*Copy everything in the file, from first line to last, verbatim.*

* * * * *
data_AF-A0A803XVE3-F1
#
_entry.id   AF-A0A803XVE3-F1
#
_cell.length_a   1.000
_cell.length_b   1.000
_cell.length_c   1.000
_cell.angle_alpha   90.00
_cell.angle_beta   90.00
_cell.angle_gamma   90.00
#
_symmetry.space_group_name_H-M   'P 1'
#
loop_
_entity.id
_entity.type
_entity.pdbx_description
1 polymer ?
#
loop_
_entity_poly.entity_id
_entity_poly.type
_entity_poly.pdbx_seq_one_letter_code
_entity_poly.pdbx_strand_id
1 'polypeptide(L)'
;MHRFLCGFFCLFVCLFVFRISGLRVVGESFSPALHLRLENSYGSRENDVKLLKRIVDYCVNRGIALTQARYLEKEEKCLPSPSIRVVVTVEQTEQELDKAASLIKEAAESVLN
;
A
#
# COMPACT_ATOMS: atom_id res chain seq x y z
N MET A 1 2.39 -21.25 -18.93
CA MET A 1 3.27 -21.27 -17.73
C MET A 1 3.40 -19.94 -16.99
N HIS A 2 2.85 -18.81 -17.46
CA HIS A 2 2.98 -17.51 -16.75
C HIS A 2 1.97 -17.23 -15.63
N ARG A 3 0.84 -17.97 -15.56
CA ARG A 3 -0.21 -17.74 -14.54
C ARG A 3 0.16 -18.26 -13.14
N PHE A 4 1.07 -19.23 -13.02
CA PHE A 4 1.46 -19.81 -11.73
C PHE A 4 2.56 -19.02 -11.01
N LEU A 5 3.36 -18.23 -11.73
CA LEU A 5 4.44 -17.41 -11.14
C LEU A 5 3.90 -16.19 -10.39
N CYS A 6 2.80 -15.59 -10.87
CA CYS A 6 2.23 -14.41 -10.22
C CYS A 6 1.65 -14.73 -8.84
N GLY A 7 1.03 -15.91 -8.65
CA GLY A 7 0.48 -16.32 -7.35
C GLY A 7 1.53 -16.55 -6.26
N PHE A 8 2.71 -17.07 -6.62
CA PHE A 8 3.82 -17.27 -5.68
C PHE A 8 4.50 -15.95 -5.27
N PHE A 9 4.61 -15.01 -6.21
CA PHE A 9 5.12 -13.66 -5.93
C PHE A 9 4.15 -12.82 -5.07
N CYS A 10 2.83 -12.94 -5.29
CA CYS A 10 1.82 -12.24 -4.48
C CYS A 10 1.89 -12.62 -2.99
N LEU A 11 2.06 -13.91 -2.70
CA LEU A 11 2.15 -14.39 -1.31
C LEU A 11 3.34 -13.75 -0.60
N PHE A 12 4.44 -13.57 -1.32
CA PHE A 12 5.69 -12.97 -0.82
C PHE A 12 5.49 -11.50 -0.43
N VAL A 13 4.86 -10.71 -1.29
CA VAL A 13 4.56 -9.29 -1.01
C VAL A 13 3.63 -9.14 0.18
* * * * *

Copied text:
data_AF-A0A803XVE3-F1
#
_entry.id   AF-A0A803XVE3-F1
#
_cell.length_a   1.000
_cell.length_b   1.000
_cell.length_c   1.000
_cell.angle_alpha   90.00
_cell.angle_beta   90.00
_cell.angle_gamma   90.00
#
_symmetry.space_group_name_H-M   'P 1'
#
loop_
_entity.id
_entity.type
_entity.pdbx_description
1 polymer ?
#
loop_
_entity_poly.entity_id
_entity_poly.type
_entity_poly.pdbx_seq_one_letter_code
_entity_poly.pdbx_strand_id
1 'polypeptide(L)'
;MHRFLCGFFCLFVCLFVFRISGLRVVGESFSPALHLRLENSYGSRENDVKLLKRIVDYCVNRGIALTQARYLEKEEKCLPSPSIRVVVTVEQTEQELDKAASLIKEAAESVLN
;
A
#
# COMPACT_ATOMS: atom_id res chain seq x y z
N MET A 1 2.39 -21.25 -18.93
CA MET A 1 3.27 -21.27 -17.73
C MET A 1 3.40 -19.94 -16.99
N HIS A 2 2.85 -18.81 -17.46
CA HIS A 2 2.98 -17.51 -16.75
C HIS A 2 1.97 -17.23 -15.63
N ARG A 3 0.84 -17.97 -15.56
CA ARG A 3 -0.21 -17.74 -14.54
C ARG A 3 0.16 -18.26 -13.14
N PHE A 4 1.07 -19.23 -13.02
CA PHE A 4 1.46 -19.81 -11.73
C PHE A 4 2.56 -19.02 -11.01
N LEU A 5 3.36 -18.23 -11.73
CA LEU A 5 4.44 -17.41 -11.14
C LEU A 5 3.90 -16.19 -10.39
N CYS A 6 2.80 -15.59 -10.87
CA CYS A 6 2.23 -14.41 -10.22
C CYS A 6 1.65 -14.73 -8.84
N GLY A 7 1.03 -15.91 -8.65
CA GLY A 7 0.48 -16.32 -7.35
C GLY A 7 1.53 -16.55 -6.26
N PHE A 8 2.71 -17.07 -6.62
CA PHE A 8 3.82 -17.27 -5.68
C PHE A 8 4.50 -15.95 -5.27
N PHE A 9 4.61 -15.01 -6.21
CA PHE A 9 5.12 -13.66 -5.93
C PHE A 9 4.15 -12.82 -5.07
N CYS A 10 2.83 -12.94 -5.29
CA CYS A 10 1.82 -12.24 -4.48
C CYS A 10 1.89 -12.62 -2.99
N LEU A 11 2.06 -13.91 -2.70
CA LEU A 11 2.15 -14.39 -1.31
C LEU A 11 3.34 -13.75 -0.60
N PHE A 12 4.44 -13.57 -1.32
CA PHE A 12 5.69 -12.97 -0.82
C PHE A 12 5.49 -11.50 -0.43
N VAL A 13 4.86 -10.71 -1.29
CA VAL A 13 4.56 -9.29 -1.01
C VAL A 13 3.63 -9.14 0.18